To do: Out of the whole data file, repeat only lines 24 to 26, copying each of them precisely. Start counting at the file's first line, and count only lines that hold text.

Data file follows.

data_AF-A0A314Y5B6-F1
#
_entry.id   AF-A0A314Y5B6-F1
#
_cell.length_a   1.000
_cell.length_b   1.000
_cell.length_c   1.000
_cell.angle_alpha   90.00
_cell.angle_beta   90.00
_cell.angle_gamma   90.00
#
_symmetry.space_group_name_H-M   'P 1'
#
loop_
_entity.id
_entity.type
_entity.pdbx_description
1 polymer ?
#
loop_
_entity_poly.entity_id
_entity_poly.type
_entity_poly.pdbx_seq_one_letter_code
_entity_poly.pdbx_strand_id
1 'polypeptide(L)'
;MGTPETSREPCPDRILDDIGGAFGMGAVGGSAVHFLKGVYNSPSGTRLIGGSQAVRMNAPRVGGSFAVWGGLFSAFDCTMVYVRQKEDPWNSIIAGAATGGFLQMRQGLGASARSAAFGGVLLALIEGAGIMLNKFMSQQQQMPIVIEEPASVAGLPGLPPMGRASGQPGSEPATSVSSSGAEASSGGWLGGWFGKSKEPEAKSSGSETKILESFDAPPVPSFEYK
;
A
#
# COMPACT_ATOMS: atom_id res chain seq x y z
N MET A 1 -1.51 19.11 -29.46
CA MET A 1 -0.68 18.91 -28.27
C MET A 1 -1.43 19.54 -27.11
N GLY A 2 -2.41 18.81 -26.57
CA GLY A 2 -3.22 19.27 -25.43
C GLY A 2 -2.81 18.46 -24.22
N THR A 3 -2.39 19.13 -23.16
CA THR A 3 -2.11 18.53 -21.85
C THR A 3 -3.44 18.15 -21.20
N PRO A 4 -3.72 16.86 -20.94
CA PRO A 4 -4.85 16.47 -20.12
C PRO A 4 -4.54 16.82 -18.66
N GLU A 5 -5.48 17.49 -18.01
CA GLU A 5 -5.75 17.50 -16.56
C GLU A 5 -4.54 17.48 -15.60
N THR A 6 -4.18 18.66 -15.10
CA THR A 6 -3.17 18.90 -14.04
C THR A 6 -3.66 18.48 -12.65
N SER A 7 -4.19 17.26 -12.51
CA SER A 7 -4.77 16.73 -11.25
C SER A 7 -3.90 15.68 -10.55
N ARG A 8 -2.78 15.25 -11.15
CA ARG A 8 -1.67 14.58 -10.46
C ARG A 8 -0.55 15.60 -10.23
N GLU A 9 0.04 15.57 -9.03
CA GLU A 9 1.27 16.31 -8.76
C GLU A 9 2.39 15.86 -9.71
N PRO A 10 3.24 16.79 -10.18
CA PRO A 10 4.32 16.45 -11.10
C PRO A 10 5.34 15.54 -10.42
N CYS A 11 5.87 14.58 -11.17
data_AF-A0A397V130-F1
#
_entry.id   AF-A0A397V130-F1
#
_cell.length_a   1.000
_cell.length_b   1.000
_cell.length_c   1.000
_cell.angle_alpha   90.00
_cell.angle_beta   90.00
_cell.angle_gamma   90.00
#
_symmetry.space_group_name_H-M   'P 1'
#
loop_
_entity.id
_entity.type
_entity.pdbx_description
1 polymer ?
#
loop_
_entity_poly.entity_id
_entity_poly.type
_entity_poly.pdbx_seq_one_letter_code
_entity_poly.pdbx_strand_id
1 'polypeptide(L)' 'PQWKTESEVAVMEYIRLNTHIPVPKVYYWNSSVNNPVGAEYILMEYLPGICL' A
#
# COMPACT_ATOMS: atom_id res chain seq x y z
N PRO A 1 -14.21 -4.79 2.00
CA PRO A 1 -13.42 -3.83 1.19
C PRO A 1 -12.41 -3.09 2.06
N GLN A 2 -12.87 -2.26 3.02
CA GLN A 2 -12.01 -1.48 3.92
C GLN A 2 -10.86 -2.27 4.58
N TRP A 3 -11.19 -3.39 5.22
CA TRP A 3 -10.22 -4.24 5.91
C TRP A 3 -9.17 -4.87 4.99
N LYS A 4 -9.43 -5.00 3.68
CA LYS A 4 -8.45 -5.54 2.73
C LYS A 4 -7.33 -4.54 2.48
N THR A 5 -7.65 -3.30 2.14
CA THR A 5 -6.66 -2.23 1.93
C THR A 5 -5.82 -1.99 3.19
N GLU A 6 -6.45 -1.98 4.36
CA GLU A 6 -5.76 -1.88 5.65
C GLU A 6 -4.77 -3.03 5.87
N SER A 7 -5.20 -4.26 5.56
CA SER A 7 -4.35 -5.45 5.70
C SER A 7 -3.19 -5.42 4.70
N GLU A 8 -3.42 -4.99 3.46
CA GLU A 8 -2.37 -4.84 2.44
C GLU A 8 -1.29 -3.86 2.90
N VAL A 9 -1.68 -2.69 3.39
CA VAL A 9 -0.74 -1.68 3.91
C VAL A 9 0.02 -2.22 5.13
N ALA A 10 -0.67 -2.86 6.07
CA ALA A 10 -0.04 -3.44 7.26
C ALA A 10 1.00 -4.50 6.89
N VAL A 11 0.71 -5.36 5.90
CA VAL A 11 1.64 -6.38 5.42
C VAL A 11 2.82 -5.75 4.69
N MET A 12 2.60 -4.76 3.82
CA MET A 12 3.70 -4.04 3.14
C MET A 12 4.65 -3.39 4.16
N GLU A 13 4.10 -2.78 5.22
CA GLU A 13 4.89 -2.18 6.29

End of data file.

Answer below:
_entity_poly.pdbx_strand_id
1 'polypeptide(L)'
;MGTPETSREPCPDRILDDIGGAFGMGAVGGSAVHFLKGVYNSPSGTRLIGGSQAVRMNAPRVGGSFAVWGGLFSAFDCTMVYVRQKEDPWNSIIAGAATGGFLQMRQGLGASARSAAFGGVLLALIEGAGIMLNKFMSQQQQMPIVIEEPASVAGLPGLPPMGRASGQPGSEPATSVSSSGAEASSGGWLGGWFGKSKEPEAKSSGSETKILESFDAPPVPSFEYK